Church growth and decline in the UK 1: Are UK denominations headed for extinction?

John Hayward has recently attracted a lot of attention with a couple of blog posts that claimed (1) to predict the date of extinction of many UK denominations, and (2) that church decline in the UK was linked to denominations ‘embracing progressive ideology’.

His methods are interesting, and I am certainly not against such analysis; that said, I think (1) there are good reasons to believe that the ‘extinction dates’ are unfounded, and (2) there is no good reason to believe that there is any link between church decline and ‘progressive ideology’.

I will deal with (1) in this post; (2) in the next.

So, extinction dates:
John’s methodology is explained in detail on his website, but essentially likens the spread of Christianity to the spread of a disease: we are all now unhappily familiar with the ‘R number’ in epidemiology, and he proposes a similar model for church growth, with ‘conversion’ replacing ‘infection’ (and loss of faith or death replacing recovery): a church gaining more members than it is losing will grow, exponentially; a church losing more members than it is gaining will die, sooner or later.

John then proposes that the ‘infectivity’ of a church might be measured in terms of the proportion of its members who are ‘enthusiasts’—actively engaged in evangelism.

Finally, he uses standard church membership statistics to calculate the R numbers of various denominations, and uses this to extrapolate the future of those denominations, resulting in the ‘extinction dates’ he proposes.

Now, there are various comments I might make on this. A ‘clever-clever’ response might note that both the New Testament and common experience suggest that some people are just much more effective evangelists than others, and so we need an equivalent of the K number, not just the R number, and space in our account for super-spreaders. I think this is probably true, but (absent any suggestion that gifted evangelists are disproportionately gathered in particular denominations), I don’t think it invalidates John’s analysis.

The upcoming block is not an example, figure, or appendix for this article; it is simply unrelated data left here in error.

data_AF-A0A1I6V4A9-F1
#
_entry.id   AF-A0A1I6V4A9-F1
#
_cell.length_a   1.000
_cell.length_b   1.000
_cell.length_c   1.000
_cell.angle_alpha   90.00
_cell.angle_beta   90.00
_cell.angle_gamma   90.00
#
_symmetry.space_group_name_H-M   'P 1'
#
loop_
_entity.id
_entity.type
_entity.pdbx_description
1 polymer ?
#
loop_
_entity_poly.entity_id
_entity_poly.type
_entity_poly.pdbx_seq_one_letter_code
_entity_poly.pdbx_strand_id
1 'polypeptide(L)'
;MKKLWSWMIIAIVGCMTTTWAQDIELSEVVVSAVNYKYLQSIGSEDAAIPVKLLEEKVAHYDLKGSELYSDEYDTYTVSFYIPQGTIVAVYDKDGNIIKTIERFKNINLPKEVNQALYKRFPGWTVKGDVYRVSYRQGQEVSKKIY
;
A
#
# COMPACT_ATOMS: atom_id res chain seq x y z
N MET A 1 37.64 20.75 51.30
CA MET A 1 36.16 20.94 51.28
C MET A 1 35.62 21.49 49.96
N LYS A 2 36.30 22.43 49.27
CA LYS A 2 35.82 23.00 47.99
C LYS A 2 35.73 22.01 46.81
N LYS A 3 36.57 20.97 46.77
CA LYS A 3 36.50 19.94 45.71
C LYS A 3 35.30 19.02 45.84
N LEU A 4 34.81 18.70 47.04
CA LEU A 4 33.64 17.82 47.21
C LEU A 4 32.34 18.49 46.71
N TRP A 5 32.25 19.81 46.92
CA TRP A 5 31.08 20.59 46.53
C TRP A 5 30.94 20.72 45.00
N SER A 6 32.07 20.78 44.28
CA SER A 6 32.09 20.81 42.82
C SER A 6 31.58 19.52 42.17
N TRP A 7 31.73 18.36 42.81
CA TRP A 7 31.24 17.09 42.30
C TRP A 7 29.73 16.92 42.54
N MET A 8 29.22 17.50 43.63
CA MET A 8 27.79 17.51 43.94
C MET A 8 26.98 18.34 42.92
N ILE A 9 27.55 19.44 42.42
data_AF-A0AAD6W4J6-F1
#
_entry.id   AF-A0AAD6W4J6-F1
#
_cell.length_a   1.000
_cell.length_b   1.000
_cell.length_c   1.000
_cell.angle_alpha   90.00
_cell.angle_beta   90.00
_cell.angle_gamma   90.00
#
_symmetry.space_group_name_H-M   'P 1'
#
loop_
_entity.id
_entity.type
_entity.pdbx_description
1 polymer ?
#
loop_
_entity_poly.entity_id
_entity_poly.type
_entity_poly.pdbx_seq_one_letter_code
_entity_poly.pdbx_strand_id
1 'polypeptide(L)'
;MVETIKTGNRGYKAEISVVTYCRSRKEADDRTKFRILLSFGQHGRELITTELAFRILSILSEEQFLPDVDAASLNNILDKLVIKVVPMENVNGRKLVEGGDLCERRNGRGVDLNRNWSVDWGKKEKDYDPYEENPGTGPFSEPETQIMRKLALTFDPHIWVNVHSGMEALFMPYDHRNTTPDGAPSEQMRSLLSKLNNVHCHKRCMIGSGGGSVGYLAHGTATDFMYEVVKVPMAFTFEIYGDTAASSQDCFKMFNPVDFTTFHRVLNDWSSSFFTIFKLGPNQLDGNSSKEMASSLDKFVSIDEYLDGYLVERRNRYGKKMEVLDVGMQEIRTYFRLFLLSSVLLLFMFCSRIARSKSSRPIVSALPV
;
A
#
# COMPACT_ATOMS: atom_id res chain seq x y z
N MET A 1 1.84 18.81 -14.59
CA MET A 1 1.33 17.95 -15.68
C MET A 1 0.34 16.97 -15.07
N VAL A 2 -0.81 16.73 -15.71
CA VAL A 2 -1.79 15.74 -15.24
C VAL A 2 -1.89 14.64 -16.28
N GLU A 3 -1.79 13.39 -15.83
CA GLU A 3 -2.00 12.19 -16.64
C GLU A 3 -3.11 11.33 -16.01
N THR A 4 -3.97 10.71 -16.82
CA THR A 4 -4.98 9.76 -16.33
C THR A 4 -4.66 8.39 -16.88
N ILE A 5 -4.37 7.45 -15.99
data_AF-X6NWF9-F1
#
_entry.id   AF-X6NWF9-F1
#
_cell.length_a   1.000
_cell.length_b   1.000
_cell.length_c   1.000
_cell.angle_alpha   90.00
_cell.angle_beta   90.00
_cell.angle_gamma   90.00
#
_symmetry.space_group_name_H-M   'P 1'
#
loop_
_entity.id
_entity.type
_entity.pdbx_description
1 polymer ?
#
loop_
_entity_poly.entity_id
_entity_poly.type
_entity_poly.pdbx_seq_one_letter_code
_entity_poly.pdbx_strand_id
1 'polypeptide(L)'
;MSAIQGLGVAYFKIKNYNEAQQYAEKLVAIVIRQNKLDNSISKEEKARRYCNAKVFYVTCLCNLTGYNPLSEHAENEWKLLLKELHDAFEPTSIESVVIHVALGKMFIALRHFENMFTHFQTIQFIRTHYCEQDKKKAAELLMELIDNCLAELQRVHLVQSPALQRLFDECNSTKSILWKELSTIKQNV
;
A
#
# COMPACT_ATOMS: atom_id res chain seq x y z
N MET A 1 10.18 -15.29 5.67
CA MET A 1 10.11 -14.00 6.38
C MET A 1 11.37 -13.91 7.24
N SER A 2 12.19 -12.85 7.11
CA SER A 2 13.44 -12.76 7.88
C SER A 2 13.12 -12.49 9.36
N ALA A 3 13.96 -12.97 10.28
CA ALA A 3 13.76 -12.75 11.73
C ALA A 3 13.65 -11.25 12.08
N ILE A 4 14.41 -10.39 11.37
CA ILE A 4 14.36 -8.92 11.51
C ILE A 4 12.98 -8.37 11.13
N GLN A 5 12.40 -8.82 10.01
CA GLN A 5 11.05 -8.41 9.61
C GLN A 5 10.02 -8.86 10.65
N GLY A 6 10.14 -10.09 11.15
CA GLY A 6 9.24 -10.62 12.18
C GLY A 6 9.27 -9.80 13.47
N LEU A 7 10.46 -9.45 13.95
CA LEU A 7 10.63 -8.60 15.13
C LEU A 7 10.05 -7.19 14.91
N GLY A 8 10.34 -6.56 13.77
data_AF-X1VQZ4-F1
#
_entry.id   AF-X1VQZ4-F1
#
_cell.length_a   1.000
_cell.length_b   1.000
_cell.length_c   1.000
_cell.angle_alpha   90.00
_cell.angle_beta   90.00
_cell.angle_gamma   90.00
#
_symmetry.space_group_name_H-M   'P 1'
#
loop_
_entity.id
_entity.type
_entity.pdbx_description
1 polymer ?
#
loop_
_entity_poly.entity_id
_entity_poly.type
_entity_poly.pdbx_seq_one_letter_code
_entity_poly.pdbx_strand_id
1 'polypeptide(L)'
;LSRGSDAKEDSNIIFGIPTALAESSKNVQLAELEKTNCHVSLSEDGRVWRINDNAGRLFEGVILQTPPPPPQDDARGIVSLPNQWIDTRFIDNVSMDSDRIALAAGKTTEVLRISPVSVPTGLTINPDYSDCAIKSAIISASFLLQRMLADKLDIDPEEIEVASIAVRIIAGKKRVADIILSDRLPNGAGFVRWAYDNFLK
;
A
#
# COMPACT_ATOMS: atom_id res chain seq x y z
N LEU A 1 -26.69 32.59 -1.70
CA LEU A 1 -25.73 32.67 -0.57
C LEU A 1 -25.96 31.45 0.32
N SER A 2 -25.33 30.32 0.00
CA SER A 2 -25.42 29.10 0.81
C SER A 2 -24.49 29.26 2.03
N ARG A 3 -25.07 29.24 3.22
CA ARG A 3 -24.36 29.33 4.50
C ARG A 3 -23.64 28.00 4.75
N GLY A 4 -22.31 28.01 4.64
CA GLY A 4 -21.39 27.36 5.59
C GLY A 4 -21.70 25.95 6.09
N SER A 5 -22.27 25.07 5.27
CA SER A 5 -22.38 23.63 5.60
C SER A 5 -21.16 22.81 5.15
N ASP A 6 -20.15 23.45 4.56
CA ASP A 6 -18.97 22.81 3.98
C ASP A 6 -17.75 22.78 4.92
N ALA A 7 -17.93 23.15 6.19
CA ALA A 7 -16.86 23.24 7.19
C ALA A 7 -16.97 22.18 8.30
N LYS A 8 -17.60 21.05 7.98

Instead, I suspect that John makes the wrong analogy between epidemiology and ecclesiology. I suspect his mode of analysis would work quite well for particular congregations, but that it is misapplied to denominations.

There was a period in late 2020 when the R number of Covid-19 in the UK was definitely below 1, and so the disease seemed to be disappearing. We did not know at that point, however, that a mutation had appeared in Kent, the ‘Alpha variant’. The R number of Alpha was way above 1, and so it rapidly became the dominant variant, and resulted in the Christmas lockdown.

Suppose—on a longer timescale—that, as John calculates, the R number for the Church of England as a whole is presently around 0.95, and so the CoE is on his calculation destined for extinction in the early 2060s; now suppose that there is some factor—let us call it ‘Alpha’—that is present in a minority of parishes, but that causes those parishes to have an R number above 1. The prognosis for the CoE then is not extinction, but rapid growth of ‘Alpha parishes’, which might eventually transform England’s experience of Christmas, although not by lockdown.